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I just post the comment I did on Andres youtube page one month ago about the Warden AS/PK dpendance and his following answer which I think complete well his video:
Hi Andres, I think you're missing something about anti-squat: AS is positively correlated to pedal-kickback, meaning high AS = high PK.
When you state that under pedalling, suspension might not be fully active to bumps, it is also true when your are NOT pedaling since suspension compression under bumps will generate pedal kickback, i.e., vertical, top directed motion of the right pedal under suspension compression.
Since you are weighting on pedals, and due to the vertical, ground directed component of acceleration that you encounter during a jump reception or after the summit of a bump , and that is transmitted to the suspension through pedals, you're just partly blocking the suspension action.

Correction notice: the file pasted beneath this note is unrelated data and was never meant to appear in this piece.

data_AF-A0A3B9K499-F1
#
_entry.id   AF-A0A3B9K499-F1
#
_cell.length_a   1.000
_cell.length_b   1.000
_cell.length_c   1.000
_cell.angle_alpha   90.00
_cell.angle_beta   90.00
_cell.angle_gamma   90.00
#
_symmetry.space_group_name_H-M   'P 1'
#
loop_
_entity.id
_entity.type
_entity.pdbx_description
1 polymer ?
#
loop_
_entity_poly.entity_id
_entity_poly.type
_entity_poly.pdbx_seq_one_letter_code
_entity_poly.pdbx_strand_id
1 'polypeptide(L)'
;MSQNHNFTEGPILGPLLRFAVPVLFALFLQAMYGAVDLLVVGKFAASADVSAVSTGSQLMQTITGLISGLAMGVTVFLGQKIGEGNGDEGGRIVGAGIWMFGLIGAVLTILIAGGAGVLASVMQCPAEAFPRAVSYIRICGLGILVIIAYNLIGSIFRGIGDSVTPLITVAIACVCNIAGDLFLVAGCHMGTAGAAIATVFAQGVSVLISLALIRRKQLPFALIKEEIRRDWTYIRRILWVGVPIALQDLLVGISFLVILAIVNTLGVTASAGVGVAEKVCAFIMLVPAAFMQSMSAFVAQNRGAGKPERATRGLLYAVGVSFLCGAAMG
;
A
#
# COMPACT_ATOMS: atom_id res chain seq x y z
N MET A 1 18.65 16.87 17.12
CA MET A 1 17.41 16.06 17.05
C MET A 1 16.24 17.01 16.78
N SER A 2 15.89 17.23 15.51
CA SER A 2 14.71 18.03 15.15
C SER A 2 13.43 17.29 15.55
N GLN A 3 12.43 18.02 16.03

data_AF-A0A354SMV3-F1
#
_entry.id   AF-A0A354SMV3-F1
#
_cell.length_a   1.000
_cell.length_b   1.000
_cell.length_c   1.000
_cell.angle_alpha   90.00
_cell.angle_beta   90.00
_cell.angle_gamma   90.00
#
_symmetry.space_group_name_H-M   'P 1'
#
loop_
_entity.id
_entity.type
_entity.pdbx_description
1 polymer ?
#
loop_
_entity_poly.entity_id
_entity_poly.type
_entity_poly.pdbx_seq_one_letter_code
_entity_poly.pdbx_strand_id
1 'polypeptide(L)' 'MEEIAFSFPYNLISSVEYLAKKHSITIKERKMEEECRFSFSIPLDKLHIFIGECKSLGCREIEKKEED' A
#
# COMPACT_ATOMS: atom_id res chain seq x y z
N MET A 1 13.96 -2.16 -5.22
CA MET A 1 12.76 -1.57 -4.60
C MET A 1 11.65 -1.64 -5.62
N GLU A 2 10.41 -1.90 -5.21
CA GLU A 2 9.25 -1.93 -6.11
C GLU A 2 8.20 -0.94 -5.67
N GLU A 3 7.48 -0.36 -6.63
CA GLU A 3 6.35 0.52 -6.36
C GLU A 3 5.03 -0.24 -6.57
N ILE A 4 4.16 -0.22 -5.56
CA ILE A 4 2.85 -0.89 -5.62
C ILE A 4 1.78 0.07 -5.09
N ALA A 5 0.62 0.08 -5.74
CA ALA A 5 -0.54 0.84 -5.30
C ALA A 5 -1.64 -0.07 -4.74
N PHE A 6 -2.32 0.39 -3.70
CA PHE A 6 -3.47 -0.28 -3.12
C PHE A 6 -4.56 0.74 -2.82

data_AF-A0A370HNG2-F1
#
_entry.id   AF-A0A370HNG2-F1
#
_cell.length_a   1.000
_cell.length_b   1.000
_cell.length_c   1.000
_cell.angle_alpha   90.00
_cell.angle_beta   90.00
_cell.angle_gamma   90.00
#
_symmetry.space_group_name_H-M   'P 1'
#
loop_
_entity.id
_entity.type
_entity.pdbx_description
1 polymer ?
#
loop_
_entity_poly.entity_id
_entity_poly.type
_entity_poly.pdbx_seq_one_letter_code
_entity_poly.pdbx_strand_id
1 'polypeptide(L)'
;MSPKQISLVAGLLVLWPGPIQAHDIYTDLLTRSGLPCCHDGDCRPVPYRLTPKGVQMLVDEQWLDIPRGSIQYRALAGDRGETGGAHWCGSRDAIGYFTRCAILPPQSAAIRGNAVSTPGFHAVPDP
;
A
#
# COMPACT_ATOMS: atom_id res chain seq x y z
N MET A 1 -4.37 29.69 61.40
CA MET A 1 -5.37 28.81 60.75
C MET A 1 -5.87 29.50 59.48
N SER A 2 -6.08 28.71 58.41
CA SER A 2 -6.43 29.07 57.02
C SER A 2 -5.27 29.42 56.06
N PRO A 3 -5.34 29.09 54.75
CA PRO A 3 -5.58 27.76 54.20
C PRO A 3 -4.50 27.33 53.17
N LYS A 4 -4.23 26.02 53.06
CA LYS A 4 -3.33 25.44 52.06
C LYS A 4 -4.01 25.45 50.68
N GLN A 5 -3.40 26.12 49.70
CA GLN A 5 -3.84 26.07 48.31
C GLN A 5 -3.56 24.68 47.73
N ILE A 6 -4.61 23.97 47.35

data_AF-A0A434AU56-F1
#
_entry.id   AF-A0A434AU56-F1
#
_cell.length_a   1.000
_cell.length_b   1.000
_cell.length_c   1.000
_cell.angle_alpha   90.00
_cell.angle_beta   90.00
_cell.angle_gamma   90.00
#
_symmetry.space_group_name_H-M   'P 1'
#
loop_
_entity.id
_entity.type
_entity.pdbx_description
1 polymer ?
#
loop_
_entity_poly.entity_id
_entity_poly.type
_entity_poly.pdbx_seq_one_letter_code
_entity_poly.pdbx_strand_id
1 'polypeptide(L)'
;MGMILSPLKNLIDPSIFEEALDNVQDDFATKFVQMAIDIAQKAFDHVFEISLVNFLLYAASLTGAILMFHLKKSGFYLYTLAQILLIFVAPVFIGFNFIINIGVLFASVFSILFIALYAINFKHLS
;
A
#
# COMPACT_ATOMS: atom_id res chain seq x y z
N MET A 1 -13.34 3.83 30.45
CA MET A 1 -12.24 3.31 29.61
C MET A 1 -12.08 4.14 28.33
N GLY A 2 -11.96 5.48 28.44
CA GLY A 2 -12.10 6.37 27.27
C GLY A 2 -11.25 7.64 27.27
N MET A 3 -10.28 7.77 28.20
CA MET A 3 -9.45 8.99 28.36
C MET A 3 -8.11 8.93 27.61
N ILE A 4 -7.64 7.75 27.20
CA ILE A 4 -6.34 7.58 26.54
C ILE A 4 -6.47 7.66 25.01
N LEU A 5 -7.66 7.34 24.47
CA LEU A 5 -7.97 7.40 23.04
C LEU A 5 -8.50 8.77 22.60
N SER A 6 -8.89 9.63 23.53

So high AS basically interferate with suspension action even when you are not pedalling, and prevent the suspension to act as it should.
Answer from Andres:
Your rational is totally right. However, that's mostly valid when you are at a static position or at slow speeds (eg: climbing). At faster speeds the chain growth will mostly make the rear free hub to rotate forward, instead of rotating the pedals backwards and lifting your weight (the wheel is already spinning fast, so the chain pulling will just make the cassette to rotate forward and you wont feel nothing on the pedals, in this case the suspension is almost free to move). At slower speeds you will feel more the kickback because the cassette can no longer freely rotate forward because that would cause acceleration to the bike. Since that you mostly stop pedaling when you are running faster (eg: descends) in practice the kickback is mostly felt when you are pedaling and the chain is under tension (specially on technical climbs).
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